June 19, 2006 8:10 PM   Subscribe

Can mute people clear their throats?

I'm assuming all people who are mute lack any voicebox/vocal cords, so can they clear their throats? Or can they breathe through their mouths normally or do they do this regularly? I would assume they would rarely use their mouths except to eat food, but I have no clue.
posted by lain to Science & Nature (8 answers total) 2 users marked this as a favorite
This posting has caused me to clear my throat numerous times trying to figure this one out. A-hem. My thinking is that it is not necessarily my vocal cords that require clearing. That the throat as a structure isn't only for speaking. (Obvious, I know sorry.) Clearing the throat to me is about mucus, something that I think would be present with or without vocal cords. A-hem.
posted by typewriter at 8:23 PM on June 19, 2006

It depends on the person. It isn't always the case that a mute person has no vocal cords; sometimes it's because they never learned to use them. People who are deaf from birth can clear their throats and will sometimes emit shouts or cries. The reason they never learned to speak is because they weren't able to hear others speaking.
posted by Steven C. Den Beste at 8:43 PM on June 19, 2006

Don't forget that a person who is mute may also be due to problems higher up (aka in the brain, at the speech centers). So they may have language problems, instead of physical problems.
posted by ruwan at 9:23 PM on June 19, 2006

As the above poster says, there are many reasons why someone will be unable to speak.

If a person is unable to speak due to stroke (aphasia) they will often have normal ability to clear their throat and do other kinds of things with their mouths (swallowing, making faces). However other types of neurological deficits will cause both speech problems and swallowing disorders, usually when the brain region controlling throat and tongue motor function.

On the other hand: Someone who is mute due to damage to their larynx can probably only clear their throat using a coughing action. However the part of their larynx that is used to make an 'ahem' noise is also used to generate vocalizations and so it's unlikely they'd be able to do either.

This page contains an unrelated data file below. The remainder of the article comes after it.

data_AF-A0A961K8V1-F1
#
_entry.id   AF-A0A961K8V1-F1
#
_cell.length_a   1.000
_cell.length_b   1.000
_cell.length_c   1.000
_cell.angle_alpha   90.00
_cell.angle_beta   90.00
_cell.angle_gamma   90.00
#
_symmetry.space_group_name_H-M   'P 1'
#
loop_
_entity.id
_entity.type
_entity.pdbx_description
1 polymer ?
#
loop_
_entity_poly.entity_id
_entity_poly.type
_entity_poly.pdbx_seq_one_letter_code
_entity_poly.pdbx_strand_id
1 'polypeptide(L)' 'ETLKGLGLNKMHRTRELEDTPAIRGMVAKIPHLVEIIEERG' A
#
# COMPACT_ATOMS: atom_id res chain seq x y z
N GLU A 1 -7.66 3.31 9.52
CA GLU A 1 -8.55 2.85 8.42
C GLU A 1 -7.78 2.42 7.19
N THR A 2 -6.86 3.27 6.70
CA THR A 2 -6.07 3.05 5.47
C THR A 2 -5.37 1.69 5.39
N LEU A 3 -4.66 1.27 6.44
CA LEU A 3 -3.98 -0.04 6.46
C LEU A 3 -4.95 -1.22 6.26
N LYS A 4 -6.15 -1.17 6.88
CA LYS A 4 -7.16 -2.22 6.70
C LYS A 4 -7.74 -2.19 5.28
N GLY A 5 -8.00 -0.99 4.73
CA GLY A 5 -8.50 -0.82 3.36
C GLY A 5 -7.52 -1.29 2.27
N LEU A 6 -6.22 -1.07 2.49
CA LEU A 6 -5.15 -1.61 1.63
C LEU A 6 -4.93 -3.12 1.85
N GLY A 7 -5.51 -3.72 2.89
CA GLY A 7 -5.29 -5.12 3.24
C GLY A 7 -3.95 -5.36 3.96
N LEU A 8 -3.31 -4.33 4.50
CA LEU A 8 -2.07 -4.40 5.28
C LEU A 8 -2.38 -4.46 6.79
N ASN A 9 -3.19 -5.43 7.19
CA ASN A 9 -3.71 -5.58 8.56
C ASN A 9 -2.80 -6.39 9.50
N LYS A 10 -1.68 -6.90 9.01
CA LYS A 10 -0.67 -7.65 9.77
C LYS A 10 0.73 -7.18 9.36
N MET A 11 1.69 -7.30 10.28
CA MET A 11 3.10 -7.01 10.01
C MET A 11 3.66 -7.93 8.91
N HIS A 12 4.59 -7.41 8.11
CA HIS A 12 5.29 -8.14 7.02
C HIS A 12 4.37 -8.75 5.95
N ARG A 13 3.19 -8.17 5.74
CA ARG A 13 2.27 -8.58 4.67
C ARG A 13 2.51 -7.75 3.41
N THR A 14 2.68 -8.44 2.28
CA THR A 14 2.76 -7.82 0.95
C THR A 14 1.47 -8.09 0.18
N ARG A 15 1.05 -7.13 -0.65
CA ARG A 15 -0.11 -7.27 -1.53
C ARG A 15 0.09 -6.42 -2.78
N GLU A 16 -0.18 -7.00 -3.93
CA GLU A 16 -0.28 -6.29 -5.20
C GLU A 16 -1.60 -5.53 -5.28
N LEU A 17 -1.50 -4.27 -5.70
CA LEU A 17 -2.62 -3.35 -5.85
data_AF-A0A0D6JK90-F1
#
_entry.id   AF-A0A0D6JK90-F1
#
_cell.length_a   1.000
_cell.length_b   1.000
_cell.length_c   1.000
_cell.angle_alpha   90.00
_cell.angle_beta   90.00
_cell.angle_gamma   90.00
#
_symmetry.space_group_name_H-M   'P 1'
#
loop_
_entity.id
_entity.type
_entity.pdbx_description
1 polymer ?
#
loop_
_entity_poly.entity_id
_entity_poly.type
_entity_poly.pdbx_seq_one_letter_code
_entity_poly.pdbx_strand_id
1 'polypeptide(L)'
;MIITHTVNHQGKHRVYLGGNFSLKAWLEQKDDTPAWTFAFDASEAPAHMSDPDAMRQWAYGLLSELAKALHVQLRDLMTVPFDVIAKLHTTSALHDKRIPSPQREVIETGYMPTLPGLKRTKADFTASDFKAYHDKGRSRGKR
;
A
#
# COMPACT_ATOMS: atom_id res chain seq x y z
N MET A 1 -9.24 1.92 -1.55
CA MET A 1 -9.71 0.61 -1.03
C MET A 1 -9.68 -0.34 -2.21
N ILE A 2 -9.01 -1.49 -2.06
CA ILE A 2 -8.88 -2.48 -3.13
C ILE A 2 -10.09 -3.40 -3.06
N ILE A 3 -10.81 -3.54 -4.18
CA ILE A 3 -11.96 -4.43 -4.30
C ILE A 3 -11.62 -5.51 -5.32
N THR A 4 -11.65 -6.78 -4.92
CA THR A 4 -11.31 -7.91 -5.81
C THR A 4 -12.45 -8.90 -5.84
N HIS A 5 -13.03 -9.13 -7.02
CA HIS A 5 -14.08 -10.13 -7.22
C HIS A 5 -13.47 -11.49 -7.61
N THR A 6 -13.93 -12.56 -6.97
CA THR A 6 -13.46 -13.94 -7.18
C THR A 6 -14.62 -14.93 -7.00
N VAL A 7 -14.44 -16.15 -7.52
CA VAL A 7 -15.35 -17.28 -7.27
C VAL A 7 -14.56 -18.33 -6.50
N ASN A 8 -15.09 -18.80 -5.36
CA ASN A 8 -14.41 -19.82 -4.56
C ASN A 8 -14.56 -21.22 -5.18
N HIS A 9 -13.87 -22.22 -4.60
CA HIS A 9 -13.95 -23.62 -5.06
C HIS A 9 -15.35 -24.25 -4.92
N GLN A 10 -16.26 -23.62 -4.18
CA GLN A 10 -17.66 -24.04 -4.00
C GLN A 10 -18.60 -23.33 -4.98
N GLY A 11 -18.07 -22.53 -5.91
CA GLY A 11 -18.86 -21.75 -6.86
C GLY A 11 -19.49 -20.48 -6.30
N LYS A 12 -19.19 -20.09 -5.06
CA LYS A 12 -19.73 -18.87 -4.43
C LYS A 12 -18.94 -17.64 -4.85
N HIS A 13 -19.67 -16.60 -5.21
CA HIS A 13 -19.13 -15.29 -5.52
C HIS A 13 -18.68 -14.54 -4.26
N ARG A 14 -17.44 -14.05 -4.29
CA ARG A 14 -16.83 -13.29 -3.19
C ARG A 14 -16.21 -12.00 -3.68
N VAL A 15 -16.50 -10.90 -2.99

posted by drmarcj at 10:04 PM on June 19, 2006

I would assume they would rarely use their mouths except to eat food

You're leaving out smiling, kissing, breathing, etc. ;-)
posted by frogan at 10:36 PM on June 19, 2006

You're leaving out smiling, kissing, breathing, etc. ;-)

Doing up zippers on gloves...
posted by jon_kill at 6:25 AM on June 20, 2006

Not all people who are mute lack a larynx; in fact I'd guess the majority of them do not.

That said, occasionally a stroke will cause a person to be unable to clear their airway of normal secretions. It turns out that this ability to clear the airway, of which "ahem" is part, is actually vital for life. Without the ability to clear the airway, people tend to die rather soon of aspiration pneumonia.

Sometimes such folks with a stroke will not recover the ability to clear the airway. In that case, a permanent tracheostomy is placed under the larynx and people are given suction machines with long skinny tubes; they introduce these tubes into their airway via the trach and suck out all the gunk. This is not as good as being able to keep the airway clear naturally, but it keeps people alive.

So the point is that living people can either clear their throat somehow, or they can die from chronic aspiration.

If the question is, "Can someone without a larynx say 'ahem'?" the answer is no. Laryngectomized people can't make much noise at all.
posted by ikkyu2 at 12:07 PM on June 20, 2006

My father's side of the family, up until my grandfather's generation were all deaf/mutes. I can verify that they made many different noises, including throat clearing - though my favorite was when my grandfather would watch wrestling (Killer Kowalski, anyone?), get all wrapped up in the action, and start making all kinds of honks and crazy yells at the screen.
posted by Liosliath at 2:38 PM on June 20, 2006

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